The Society for Social Work and Research

2014 Annual Conference

January 15-19, 2014 I Grand Hyatt San Antonio I San Antonio, TX

The Impact of the Structured Assessment of Violence Risk in Youth (SAVRY) in Juvenile Corrections

Thursday, January 16, 2014: 3:00 PM
HBG Convention Center, Room 003A River Level (San Antonio, TX)
* noted as presenting author
Kevin Barnes-Ceeney, PhD, Post-Doctoral Fellow, John Jay College of Criminal Justice, New York, NY
Purpose: Risk assessment has become an important tool of forensic social work. As incarceration may increase a juvenile’s exposure to criminogenic influences, and lead to a greater disconnect from pro-social supports, the implementation of validated risk assessment tools may increase the Parole Board’s confidence to release more juveniles early on parole, rather than relying on habits, traditions, and guesswork.  One such risk assessment instrument, The Structured Assessment of Violence Risk in Youth(SAVRY), was adopted by New Jersey’s State Parole Board in 2009. The SAVRY instrument guides assessors through a list of 24 risk factors grouped under the domains of historical risk, social/ contextual factors, individual/ clinical factors, and six protective factors. Completion of the instrument leads to the generation of an overall “risk summary,” where the assessor concludes that the juvenile poses a low, moderate or high risk of future serious violent behavior.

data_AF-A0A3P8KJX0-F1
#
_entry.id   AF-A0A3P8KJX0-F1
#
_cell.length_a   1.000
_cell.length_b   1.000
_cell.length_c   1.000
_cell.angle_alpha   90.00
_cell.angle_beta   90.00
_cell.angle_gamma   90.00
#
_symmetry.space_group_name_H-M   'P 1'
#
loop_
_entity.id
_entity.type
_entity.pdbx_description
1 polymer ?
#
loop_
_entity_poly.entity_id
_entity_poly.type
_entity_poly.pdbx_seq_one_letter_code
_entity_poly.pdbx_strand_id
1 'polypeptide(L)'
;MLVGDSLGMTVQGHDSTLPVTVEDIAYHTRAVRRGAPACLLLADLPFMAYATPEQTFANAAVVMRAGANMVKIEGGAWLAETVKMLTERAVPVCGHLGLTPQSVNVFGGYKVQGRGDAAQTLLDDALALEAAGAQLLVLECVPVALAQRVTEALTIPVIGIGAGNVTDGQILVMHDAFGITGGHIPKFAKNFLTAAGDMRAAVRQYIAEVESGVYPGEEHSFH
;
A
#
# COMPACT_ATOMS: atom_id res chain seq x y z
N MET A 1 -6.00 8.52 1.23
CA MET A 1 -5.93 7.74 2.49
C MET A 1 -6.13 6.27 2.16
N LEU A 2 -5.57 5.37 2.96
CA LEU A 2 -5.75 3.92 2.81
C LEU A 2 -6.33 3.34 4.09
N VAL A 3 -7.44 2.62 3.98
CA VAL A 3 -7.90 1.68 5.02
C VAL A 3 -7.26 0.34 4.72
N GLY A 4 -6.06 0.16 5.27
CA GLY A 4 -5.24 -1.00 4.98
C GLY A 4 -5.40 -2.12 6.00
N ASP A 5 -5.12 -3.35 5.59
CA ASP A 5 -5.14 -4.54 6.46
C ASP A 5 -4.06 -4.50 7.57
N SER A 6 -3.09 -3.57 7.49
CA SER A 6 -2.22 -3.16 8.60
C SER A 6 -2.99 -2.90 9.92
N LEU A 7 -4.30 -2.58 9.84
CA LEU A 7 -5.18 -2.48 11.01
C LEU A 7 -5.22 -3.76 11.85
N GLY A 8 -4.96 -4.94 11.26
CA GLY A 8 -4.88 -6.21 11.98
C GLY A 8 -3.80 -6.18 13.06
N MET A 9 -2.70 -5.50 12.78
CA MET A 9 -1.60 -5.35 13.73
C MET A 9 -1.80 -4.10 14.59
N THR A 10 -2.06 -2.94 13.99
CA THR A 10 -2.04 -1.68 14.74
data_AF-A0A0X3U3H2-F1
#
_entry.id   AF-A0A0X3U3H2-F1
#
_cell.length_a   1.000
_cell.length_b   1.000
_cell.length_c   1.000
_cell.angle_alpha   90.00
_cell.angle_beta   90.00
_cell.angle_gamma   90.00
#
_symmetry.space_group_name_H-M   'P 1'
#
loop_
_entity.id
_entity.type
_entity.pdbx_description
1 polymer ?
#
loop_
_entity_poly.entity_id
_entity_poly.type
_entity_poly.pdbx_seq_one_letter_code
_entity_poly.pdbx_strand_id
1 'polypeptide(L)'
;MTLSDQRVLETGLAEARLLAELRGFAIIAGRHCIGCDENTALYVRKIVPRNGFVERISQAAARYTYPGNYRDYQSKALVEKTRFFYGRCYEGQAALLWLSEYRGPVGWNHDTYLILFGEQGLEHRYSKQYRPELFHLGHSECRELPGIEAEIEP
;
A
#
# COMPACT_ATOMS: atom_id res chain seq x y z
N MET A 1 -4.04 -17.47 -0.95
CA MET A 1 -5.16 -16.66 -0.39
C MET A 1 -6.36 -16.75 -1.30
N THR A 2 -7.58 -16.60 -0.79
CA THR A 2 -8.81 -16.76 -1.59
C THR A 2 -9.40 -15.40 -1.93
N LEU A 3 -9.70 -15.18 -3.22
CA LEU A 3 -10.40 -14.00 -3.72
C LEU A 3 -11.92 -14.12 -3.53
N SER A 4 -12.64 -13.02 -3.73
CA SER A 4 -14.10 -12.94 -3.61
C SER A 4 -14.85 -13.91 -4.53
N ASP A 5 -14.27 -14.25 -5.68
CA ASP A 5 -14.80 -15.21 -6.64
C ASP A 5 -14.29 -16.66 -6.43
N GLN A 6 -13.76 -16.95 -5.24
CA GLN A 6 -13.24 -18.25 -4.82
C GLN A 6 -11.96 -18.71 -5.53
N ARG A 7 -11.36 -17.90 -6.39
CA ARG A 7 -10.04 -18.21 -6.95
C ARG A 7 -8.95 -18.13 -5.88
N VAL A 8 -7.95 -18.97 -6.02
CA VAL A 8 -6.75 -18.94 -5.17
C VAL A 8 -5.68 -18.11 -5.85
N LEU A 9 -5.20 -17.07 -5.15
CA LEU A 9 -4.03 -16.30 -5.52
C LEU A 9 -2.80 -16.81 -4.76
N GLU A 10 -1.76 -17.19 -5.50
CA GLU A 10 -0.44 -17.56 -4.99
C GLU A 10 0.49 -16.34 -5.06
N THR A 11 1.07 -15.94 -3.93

Despite the potential utility of risk assessment tools, empirical research has not yet examined the actual impact of risk assessment instruments upon practice.  Given the limitation in literature, this quasi-experimental study evaluates the outcome of this statewide risk assessment implementation, and hypothesizes that juveniles who were assessed by SAVRY would be more likely to receive parole than those who were not.


Study data were drawn from 445 parole case files, of which 236 juveniles had received a SAVRY risk assessment, and 209 had received no assessment.  The two groups were drawn from all juveniles who were evaluated for parole between 2009 and 2011.  The groups were matched on age, gender, ethnicity, sentence length, seriousness of offenses, and risk of reconviction. 

A survival analysis using cox proportional hazard modeling was employed to assess whether SAVRY-assessed juveniles were likely to be released earlier than non-assessed juveniles, controlling for juveniles’ offense seriousness, risk of reconviction, age at release, and race/ethnicity being covariates.   


The majority (93.7%) of juveniles were male. On average, they were released at age 18.2 years. African Americans comprised 67.6% of the sample, followed by Hispanics (20.2%), and Caucasians (11.7%). The average sentence received was 22.9 months, with 42% of juveniles committing a violent offense, 19.8% a drug-related offense, and 15.5% an offense of robbery without physical contact with the victim.

Survival analysis results show that juveniles assessed by SAVRY were 1.71 times (95% CI, 1.300, 2.258; p< .0001) more likely to receive parole than those who were not assessed.  Age at release was a significant predictor, as was the risk of reconviction, and offense seriousness score.  The ethnicity of the juvenile was not a significant predictor of parole release.

Implications: These findings support the use of risk assessment instruments in juvenile justice decision-making. Juveniles who received a risk assessment are more likely to be released early on parole than those who did not. The SAVRY instrument appears to guide Parole Board decision-makers along a carefully constructed path of risk factors, encouraging probabilistic rather than possibilistic thinking.